Over the past few weeks the magazine has introduced us to the twelve finalists and the four wildcard entries the judges chose for this year's show too - and is a good way for X Factor fans to get to know the acts a little better.
The magazine also features competitions - every week there's been one to get tickets to the live shows for instance - and there is an obligatory "style" section for fashionistas but like the rest of the magazine this is pretty lighthearted. I particularly like how they ask popstars for their fashion rules. Ellie from La Roux gave answers that took me straight back to 1981 and the early days of the New Romantics. Of course my daughter thought her answers were incredibly edgy and made her unique. Ah - the innocence of youth...
There's also one of those "take pictures of stylish girls out in the street" features which has become popular in magazines, but they do ask these girls who their style icon is and why. Most of the girls seem a tad too styled to my cynical eyes, but I can see why the section would appeal to young girls looking for a fashion identity.
The best part of the magazine for me is the back section, called The Final 50 and this is a whimsical, amusing and at times completely irreverent look at the week ahead, including concerts, tickets on sale for concerts, movies, albums, singles and many things you didn't really think you needed to know some of which will make you groan (the picture of Cauli Murs is a groaner) or make you laugh out loud (pointing out the striking similarities between Eoghan Quigg and a polar bear).
"Big Brother" psychologist Judi James does a light hearted analysis of song lyrics, getting to grips in the latest issue with "Bad Romance" by Lady Gaga, pop stars are asked to list their favourite songs in the Playlist section and gadgets and apps are featured in here too. The section ends with a celebrity talking about their Life in Music which probes Z Listers about their taste in music, concerts attended and other complete fluff which somehow appeals to me.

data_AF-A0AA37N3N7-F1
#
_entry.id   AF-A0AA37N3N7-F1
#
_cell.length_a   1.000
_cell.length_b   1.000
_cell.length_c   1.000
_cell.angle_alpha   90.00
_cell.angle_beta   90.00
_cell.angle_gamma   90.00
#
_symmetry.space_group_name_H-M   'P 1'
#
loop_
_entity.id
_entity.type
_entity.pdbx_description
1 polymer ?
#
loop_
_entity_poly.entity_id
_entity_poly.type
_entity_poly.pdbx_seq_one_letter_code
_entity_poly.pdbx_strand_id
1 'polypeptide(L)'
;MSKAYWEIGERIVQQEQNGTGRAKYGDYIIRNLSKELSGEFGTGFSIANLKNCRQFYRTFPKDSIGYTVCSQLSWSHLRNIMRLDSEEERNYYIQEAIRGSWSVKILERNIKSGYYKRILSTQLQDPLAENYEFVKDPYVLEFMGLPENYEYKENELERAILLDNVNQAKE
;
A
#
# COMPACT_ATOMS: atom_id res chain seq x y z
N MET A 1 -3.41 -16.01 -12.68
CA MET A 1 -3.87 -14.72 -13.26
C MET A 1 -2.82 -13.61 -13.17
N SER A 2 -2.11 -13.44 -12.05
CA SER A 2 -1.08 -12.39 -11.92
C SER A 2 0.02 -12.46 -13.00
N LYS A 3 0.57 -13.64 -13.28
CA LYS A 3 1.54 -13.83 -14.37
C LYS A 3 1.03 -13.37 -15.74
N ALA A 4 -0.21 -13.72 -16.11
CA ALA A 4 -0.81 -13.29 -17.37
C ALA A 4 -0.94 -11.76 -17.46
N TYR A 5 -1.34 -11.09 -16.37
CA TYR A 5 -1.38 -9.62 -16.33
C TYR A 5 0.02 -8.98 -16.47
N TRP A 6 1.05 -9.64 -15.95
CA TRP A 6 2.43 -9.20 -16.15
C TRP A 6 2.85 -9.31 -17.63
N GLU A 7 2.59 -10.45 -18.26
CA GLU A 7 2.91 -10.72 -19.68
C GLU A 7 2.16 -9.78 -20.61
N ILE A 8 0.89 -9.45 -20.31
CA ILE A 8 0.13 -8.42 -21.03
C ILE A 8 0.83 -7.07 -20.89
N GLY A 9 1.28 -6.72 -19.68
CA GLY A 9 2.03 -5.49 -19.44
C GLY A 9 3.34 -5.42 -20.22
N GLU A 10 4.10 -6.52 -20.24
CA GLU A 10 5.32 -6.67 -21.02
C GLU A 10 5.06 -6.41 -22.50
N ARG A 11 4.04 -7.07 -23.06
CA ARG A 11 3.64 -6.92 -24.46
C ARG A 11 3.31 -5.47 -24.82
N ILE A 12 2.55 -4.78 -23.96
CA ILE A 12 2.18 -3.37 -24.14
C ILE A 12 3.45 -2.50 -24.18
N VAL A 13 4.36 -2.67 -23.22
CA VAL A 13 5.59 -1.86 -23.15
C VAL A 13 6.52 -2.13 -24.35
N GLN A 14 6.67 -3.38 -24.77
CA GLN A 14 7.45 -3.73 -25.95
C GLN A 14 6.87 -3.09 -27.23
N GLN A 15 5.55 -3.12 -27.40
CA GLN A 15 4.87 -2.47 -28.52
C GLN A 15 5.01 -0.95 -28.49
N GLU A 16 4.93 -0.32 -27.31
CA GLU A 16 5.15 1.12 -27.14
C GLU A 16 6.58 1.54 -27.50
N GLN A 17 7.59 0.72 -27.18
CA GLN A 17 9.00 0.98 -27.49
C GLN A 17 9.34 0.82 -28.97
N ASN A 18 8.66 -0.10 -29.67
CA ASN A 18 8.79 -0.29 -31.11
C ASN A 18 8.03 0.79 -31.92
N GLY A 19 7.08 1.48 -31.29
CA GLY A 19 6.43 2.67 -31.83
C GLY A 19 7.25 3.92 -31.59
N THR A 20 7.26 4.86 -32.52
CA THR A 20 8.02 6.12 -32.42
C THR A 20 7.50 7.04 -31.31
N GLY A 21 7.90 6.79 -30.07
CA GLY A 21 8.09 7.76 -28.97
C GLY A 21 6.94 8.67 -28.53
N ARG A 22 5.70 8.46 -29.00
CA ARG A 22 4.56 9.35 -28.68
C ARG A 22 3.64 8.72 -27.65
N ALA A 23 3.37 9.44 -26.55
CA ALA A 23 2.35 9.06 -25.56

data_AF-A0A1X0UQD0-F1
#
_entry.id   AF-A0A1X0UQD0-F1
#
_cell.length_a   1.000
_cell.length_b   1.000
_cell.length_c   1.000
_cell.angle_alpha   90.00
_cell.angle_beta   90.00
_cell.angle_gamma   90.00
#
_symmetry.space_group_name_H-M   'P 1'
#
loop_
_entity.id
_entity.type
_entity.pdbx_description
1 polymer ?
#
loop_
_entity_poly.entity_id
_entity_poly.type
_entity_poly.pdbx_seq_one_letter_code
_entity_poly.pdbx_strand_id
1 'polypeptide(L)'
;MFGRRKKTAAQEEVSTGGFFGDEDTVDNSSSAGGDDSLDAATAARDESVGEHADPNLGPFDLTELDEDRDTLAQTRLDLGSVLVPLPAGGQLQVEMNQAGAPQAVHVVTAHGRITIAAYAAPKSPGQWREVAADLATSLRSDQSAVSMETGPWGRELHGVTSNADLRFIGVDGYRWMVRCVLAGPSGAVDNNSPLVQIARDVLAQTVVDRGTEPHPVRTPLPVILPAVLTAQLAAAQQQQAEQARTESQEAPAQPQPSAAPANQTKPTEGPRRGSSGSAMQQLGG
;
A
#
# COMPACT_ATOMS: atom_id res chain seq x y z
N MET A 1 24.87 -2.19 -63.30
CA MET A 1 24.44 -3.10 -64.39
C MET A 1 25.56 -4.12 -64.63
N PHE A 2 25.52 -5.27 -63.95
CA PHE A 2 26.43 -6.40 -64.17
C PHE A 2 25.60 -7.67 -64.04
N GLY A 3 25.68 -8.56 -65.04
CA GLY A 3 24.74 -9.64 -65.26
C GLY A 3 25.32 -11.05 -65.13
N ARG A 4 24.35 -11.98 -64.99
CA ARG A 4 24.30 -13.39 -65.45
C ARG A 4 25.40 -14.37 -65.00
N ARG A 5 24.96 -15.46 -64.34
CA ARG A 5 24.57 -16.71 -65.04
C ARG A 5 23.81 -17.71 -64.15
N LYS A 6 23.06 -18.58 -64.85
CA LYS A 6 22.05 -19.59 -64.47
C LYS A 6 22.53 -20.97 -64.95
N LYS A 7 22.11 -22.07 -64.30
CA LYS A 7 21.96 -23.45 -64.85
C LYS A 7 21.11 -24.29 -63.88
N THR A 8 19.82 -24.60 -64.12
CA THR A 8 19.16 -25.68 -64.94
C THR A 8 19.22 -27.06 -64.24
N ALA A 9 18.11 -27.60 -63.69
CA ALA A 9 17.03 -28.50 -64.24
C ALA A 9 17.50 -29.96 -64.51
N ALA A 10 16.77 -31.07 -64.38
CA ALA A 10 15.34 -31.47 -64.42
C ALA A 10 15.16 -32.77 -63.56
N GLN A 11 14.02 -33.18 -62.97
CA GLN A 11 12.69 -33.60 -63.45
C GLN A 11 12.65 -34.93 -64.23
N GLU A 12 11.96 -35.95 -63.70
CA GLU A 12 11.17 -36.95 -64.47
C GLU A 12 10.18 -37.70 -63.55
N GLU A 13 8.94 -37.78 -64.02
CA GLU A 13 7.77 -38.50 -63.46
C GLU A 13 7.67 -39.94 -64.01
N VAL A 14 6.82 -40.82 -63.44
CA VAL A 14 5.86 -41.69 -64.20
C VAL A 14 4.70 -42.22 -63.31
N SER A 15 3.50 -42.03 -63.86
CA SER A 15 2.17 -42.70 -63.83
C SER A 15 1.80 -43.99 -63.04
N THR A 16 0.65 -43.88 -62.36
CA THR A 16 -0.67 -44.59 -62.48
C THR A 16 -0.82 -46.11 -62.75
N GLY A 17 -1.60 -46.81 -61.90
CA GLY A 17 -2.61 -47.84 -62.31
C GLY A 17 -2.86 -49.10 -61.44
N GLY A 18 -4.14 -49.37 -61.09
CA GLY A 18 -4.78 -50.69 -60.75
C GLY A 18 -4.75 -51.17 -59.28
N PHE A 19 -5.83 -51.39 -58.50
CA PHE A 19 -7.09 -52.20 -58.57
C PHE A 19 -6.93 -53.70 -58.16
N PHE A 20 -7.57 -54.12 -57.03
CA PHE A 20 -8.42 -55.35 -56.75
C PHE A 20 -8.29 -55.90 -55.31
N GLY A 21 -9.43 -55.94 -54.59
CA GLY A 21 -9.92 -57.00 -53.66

The photo captions are the icing on the cake for me - lots of completely random and very funny comments which "Smash Hits" was famous for. It's nice to see that brought right up to date.
If you don't like pop music, or even if you take music pretty seriously, you may well struggle with X Magazine. You also have to put a degree of cynicsm to one side with this magazine - it's clearly another part of "The X Factor" juggernaut and if you don't like the show, you probably won't be interested in the magazine - however it's worth mentioning that none of the judges have regular columns and the coverage isn't quite as fawning as that I have seen in "The Sun" and other Murdoch publications, which surprised me as the magazine is published by Freemantle Media and Simco Ltd (prop. Mr S Cowell).
So if you like a light hearted read about the show and other pop acts, with the emphasis firmly on chart music, this could well be up your street. The fashion side of things suggests the magazine is targeting a predominantly female readership - and this is perhaps the only thing which stops the magazine being as utterly poptastic as "Smash Hits" was in its heydey - the failure to successfully target both genders.
That's a small caveat however. If you like to read something that will take you away from the grind of the nine to five for a while and is actually written in such a way that it's enjoyed by both teenagers and the middle aged then X Magazine could well be for you.